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DEFENCE TECHNOLOGY REVIEW | ISSUE 11 | JUL 2015
Picatinny tests 81mm mortar for LTVs
In certain battlefield conditions, such as the mountainous
terrain and unimproved roads of Afghanistan, large-
calibre indirect-fire weapon systems lack the mobility and
manoeuvrability required to successfully execute an assault.
To resolve this concern, engineers at Picatinny Arsenal
are developing a revolutionary weapon system called the
Automated Direct Indirect-fire Mortar (ADIM), which can be
fired while mounted on a light tactical vehicle (LTV) such as
the High Mobility Multi-purpose Wheeled Vehicle (HMMWV)
or its replacement, the Joint Light Tactical Vehicle (JLTV).
The ADIM, currently an 81mm mortar weapon system,
uses ‘soft recoil’ to reduce the firing loads transmitted to
the platform by a factor of eight, well within the limits of the
HMMWV or other LT V of similar capacity. This enables
mounted firing and supports rapid mobile operations.
An associated benefit of the soft recoil system is the ability
to fire the weapon (direct) at low quadrant elevations (QE) as
well as (indirect) at high QE to either compensate for terrain
interferences or take advantage of the reduced time of flight
associated with low QE firing solutions.
ADIM functions are automated so that operations normally
conducted manually can instead be executed via electro-
mechanical actuators controlled by the weapon Actuator
Control System (ACS), which was also developed by
Picatinny engineers and is a government owned technology.
Automation of key functions reduces soldier burden while
ACS operation is directed by the Automated Fire Control
System – Mortar (AFCS-M) which is an enhanced version of
the fielded M95 Mortar Fire Control System. The AFCS-M
provides the human interface for controlling the loading/
unloading, emplacing, aiming and firing of the ADIM.
A key capability associated with the AFCS-M is the
incorporation of an inertial navigation unit and GPS receiver,
which enable full-time emplacement of the ADIM and thus
eliminate the long set-up and reset times of several minutes
associated with traditional surveying and aiming stake methods.
The ACS and AFCS-M combination enables rapid
execution of mobile ‘shoot and scoot’ operations to reduce
soldier exposure to enemy fire and susceptibility to counter-
fire. AFCS-M also provides the ability to operate the ADIM via
remote control as an unmanned weapon system operated by
soldiers in a protected fire direction centre (FDC) location. An
ideal application for this is forward operating base protection.
Although the ADIM can be fired remotely, it is designed to
require a soldier to identify the target and make the decision
to fire as prescribed in the Department of Defense Directive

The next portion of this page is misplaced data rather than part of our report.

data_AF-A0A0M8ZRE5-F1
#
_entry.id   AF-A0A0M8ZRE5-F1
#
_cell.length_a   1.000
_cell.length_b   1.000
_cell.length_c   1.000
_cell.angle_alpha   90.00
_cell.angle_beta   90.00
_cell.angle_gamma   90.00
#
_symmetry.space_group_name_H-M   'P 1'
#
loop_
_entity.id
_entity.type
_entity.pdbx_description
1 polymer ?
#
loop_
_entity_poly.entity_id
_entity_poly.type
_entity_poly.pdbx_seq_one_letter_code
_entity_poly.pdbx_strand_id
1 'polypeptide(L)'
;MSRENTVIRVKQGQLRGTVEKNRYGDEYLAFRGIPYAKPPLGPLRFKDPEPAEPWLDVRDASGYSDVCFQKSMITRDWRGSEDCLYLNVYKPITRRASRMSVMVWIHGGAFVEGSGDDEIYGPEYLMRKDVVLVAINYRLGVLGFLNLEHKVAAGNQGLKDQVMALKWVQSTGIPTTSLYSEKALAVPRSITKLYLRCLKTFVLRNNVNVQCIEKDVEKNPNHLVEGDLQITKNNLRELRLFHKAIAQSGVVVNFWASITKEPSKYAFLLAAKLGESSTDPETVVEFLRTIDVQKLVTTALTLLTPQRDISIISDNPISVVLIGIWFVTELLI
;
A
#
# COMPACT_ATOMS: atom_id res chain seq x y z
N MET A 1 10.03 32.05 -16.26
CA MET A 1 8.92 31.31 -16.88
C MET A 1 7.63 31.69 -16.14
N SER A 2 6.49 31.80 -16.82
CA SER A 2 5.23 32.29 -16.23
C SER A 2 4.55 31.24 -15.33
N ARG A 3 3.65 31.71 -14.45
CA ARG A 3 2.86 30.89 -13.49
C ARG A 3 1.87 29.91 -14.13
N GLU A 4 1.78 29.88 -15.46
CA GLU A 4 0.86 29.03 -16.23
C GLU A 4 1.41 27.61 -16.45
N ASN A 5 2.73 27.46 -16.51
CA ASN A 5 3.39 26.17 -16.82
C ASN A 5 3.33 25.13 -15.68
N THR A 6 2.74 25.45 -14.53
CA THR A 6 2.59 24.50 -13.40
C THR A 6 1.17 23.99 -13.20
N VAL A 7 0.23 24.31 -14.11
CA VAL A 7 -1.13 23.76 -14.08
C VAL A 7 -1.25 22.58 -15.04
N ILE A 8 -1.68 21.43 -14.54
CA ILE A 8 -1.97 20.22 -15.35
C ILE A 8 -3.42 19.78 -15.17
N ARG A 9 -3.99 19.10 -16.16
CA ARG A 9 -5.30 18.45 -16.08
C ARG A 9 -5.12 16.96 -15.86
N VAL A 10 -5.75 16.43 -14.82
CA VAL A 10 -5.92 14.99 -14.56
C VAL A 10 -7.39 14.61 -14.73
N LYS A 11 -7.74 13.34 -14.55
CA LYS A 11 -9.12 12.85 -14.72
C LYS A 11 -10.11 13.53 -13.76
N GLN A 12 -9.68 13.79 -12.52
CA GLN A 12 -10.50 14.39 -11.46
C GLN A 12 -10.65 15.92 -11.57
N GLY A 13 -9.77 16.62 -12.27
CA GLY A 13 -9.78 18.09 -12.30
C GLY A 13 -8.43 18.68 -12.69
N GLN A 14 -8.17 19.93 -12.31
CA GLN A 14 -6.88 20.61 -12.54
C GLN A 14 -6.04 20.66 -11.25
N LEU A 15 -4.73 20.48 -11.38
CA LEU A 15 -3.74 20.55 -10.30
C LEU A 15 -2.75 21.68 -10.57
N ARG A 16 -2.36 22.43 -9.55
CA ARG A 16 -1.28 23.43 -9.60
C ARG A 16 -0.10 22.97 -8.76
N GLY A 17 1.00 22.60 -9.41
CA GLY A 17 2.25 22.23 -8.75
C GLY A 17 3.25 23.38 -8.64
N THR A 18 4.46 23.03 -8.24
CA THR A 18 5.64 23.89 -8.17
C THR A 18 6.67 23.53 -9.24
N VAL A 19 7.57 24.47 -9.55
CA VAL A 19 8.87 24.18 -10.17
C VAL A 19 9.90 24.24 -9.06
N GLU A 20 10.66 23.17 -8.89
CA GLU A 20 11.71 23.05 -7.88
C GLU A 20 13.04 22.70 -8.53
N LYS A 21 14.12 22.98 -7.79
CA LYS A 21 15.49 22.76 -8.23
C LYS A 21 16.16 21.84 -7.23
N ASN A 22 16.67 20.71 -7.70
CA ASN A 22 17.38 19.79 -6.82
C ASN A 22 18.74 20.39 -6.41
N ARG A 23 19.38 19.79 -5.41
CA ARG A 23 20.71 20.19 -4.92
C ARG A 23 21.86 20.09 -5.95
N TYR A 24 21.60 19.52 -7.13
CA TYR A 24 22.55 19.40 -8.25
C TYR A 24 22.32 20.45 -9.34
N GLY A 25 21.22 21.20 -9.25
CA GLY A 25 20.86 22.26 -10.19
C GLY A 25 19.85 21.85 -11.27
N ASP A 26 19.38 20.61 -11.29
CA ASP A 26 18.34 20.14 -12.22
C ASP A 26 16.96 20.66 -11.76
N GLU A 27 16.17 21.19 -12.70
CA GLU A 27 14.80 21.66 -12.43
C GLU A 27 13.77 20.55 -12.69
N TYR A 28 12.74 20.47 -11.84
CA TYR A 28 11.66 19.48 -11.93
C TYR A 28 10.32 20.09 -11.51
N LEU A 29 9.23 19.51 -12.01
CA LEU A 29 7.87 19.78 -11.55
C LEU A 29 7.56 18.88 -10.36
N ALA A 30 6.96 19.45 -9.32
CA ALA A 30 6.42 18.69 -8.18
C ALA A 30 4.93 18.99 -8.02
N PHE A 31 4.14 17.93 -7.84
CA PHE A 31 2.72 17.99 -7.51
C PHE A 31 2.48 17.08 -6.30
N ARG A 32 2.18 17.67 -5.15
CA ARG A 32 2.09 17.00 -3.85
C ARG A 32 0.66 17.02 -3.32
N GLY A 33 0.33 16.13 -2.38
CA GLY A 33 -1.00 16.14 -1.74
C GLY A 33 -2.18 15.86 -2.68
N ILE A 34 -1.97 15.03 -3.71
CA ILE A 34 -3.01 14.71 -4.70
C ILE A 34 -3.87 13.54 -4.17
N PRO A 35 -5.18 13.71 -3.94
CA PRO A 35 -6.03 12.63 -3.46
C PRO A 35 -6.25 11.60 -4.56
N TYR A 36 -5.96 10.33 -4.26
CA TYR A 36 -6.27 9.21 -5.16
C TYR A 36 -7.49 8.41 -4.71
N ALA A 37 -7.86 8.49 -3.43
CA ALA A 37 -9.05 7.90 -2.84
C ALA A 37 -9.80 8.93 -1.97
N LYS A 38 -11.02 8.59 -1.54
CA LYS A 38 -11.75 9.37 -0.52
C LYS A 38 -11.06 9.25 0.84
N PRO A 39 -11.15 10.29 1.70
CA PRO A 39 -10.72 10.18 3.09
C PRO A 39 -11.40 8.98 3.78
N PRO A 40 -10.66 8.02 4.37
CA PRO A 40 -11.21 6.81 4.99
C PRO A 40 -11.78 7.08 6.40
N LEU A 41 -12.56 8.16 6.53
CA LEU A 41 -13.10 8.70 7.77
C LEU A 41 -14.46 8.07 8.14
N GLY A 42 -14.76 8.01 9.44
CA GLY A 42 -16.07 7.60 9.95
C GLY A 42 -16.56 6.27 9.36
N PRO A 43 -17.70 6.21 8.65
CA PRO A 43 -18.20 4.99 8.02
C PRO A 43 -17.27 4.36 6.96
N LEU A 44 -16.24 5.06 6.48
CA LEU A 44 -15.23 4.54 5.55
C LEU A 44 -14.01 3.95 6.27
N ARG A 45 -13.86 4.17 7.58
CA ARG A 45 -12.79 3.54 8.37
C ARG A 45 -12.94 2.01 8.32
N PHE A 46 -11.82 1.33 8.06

3000.09 Autonomy in Weapon Systems.
ADIM was demonstrated at the Army Expeditionary
Warfighter Experiment (AEWE) Spiral J event at Fort Benning,
Georgia, in January 2105. AEWE is the Training and Doctrine
Command’s premier live fire, prototype experimentation
ADIM participated in the AEWE live-fire exercises, which
included soldier training, simulated and live fire exercises.
Simulated missions were executed using radios for voice
communication between the remotely located FDC operator
and the ADIM passenger (Chief of Section), and digital
communication of firing missions sent directly from the FDC
to the ADIM.
Due to interim safety release limitations, soldiers were
not permitted to be in the HMMWV while the ADIM was
firing. Instead, shoot-and-scoot missions were executed with
simulated firing to demonstrate the ability for soldiers to:
• Receive a call for fire
• Stop the vehicle
• Initiate the mission
• Execute automated pointing and firing
• Resume driving in less than 50 seconds
During two days of AEWE live-fire exercises, 174 rounds
were fired from ADIM via remote control. Several multiple
aim-point missions were executed with rounds fired at
multiple targets in succession, demonstrating ADIM’s ability
to rapidly engage multiple targets.
Multiple target suppression missions (one round per target
and then target sequence repeated) and automated search
and traverse (or single gun sheaf) missions (firing multiple
rounds into an area surrounding a specified target) were
ADIM is being developed by the Weapons Systems and
Technology Directorate of the US Army Armament Research,
Development, and Engineering Center at Picatinny Arsenal.
Plans are underway for the ADIM to participate in Manned Un-
Manned Teaming exercises as part of the Network Integration
Evaluation 16.1 at Fort Bliss, Texas, in October 2015.
Source: Picatinny Arsenal Public Affairs
The 81mm ADIM live firing via remote control.
Images: Picatinny Arsenal
ADIM is designed to provide highly manoeuvrable firepower
in combat scenarios where the terrain makes it difficult to use
large-calibre indirect-fire weapons systems.
• Qualified with 5.56/7.62/12.7 mm, 40 mm AGL and cannon to 30 mm
• High precision mobile engagements with moving targets
• Up-down compatibility and inter-operability with hunter-killer 30-40 mm
turret systems and C4I compatible across LAND 400 platforms
• Global benchmark in RWS since 1993 with over 1500 units sold in 9
countries including deployments to Afghanistan and Iraq with Australian,
US and Netherlands forces
• Training systems deployed in Australia
• Designed, produced and supported in Australia with established
supply chain and depot
Advanced Weapon Systems
55a Monaro Street Queanbeyan NSW 2620 Australia
T +61 2 6298 8000 F +61 2 6299 2477 E firstname.lastname@example.org
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